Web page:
Review: The Spectacular Now (Book & Movie)

A few summers ago I rented the movie adaptation of this book. It starred Miles Teller and Shaileene Woodley, so I figured it would probably be good. They were rising stars at the time, part of the “it” trio that also included Ansel Elgort. The film appealed to me in a weird existential indie sort of way, but in the end I didn’t really like it. The plot seemed thin, I didn’t understand the point, and ultimately I concluded my viewing as an indifferent observer. No harm, no foul.

A few months later I found out that the movie had been adapted from a book and I immediately put it on my “TBR” list. Instinctively I somehow knew that I would like it, that the source material would fix whatever I hadn’t seen in the adaptation. Sometimes you just get that vibe, like you’re waiting for some internal thought process that isn’t there despite the voiceover narration, and The Spectacular Now is one of those times. The story Tim Tharp weaves isn’t unsuited to the silver screen, but it was far better in print. Sure, Miles Teller played a great Sutter Keely, but ultimately it’s the way the character thinks and his narration that makes this book as good as it is. Because even though there’s a whole cast of characters in this tiny Oklahoma town, this book is all about Sutter.

You see, Sutter is a classic character. He’s your sure-shooting, wise cracking, loveable guy that everyone goes to for a good story, a good time, and a good beer. He’s mildly alcoholic and honestly not the smartest kid in class, but someone who likes to talk and to listen. He’s a people person, the kind that finds something to like in everyone, and so he puts more effort into getting a laugh then getting an A on an algebra exam. He gets high off the attention and the smiles, cruising through life on charisma and charm because that’s just who he is.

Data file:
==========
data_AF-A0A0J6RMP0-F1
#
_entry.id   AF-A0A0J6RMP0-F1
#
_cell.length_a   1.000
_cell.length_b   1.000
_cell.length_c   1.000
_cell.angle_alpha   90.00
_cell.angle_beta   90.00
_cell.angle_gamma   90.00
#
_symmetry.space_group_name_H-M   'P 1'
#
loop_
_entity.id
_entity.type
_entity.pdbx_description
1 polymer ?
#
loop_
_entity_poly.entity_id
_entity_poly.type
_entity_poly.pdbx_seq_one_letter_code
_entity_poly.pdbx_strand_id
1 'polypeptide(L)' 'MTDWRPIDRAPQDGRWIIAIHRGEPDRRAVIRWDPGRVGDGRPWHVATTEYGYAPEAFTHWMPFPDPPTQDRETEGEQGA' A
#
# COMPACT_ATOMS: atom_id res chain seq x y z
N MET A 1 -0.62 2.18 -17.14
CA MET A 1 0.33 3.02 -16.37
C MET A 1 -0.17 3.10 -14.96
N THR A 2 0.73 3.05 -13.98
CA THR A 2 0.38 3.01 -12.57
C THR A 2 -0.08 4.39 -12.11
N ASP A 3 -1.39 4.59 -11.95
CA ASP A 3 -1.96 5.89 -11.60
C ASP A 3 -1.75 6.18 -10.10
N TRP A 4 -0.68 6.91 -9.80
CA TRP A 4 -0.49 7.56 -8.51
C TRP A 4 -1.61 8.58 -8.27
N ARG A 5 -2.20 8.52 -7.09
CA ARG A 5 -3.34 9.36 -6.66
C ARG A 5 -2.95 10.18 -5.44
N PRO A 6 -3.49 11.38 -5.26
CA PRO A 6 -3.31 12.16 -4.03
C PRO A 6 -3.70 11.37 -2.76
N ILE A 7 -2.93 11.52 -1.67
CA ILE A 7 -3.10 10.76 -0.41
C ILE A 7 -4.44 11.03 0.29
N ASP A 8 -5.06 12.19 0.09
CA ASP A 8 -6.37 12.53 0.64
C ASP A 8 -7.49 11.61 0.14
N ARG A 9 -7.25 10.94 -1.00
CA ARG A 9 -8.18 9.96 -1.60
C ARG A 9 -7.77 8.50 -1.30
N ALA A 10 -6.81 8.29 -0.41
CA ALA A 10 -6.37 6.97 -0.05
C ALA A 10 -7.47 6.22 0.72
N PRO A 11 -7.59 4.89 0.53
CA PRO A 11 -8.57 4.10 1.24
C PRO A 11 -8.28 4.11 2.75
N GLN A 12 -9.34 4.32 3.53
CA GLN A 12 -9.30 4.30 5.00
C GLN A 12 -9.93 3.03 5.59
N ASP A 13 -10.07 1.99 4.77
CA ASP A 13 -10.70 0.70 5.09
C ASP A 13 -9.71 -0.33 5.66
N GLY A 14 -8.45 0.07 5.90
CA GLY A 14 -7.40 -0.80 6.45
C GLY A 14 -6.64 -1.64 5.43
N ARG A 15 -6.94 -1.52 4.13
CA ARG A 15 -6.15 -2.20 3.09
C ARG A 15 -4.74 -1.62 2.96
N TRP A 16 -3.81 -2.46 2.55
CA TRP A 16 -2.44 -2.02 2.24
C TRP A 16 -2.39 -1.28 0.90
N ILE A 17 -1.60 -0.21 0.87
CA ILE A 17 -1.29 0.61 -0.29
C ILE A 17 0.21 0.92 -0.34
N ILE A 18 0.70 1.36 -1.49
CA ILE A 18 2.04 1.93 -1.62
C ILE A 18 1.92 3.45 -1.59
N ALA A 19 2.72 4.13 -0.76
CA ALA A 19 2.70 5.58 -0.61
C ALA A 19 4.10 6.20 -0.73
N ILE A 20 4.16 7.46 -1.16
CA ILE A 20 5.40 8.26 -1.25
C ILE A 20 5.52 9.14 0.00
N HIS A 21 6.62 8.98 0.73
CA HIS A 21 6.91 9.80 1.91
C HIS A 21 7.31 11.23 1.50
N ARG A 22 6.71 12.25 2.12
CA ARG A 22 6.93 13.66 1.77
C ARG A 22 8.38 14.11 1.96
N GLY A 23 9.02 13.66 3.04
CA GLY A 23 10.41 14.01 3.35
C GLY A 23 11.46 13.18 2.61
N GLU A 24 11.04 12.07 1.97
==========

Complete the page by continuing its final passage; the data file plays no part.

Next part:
Ultimately though, his story is rather sad. He smiles and he laughs and he climbs onto roofs as a grand gesture, but when you see him from an objective distance you have to wonder where he’s going. On a purely resume level, Sutter is a screw up and no matter what spin he puts on it for others, this is the only way he sees himself. He turns his mistakes into stories, laughs off his failures, but at the end of the day he isn’t proud of the things he’s done – not really. He knows he’s messed up, but hesitates on fixing it.

You could say it’s because he doesn’t care enough or because he’s lazy, but I think it’s because he really does try and put others before himself. He tries to make his friends laugh because he wants them to be happy and he tries to get Aimee to stand up for herself because she’s been beaten down. He sees these things because he understands people and so he makes it his mission to help them instead of helping himself. As a result he’s stopped believing that anyone could really love him, though he continues to court the laughs and the stories to build himself up and pretend it’s enough to get by. Sutter would never admit it – even to himself – but he’s really the type of guy that feels alone in a crowded room. So he does whatever it takes to stand out instead of just wallowing it and maybe there’s something to be said for that.

Sometimes I read books for plot, but within the contemporary genre I often look for stories like Sutter’s. I look for characters whom I can relate to and people that I can sympathize with and understand, people whose journeys I can follow as if they were my own. I come away from these books feeling like a sponge, like someone who’s absorbed the moods and feelings of a fictional character, but I never stop reading them no matter how they tear me up inside. Why? Because somewhere out there I know that that author understands how it feels, understand an emotion enough to fictionally build it from the ground up. The context may change around a story or a character, but the emotions are universal and I will never give up on books that succeed in showing them as realistically as they are experienced. After all, that’s what makes great literature.


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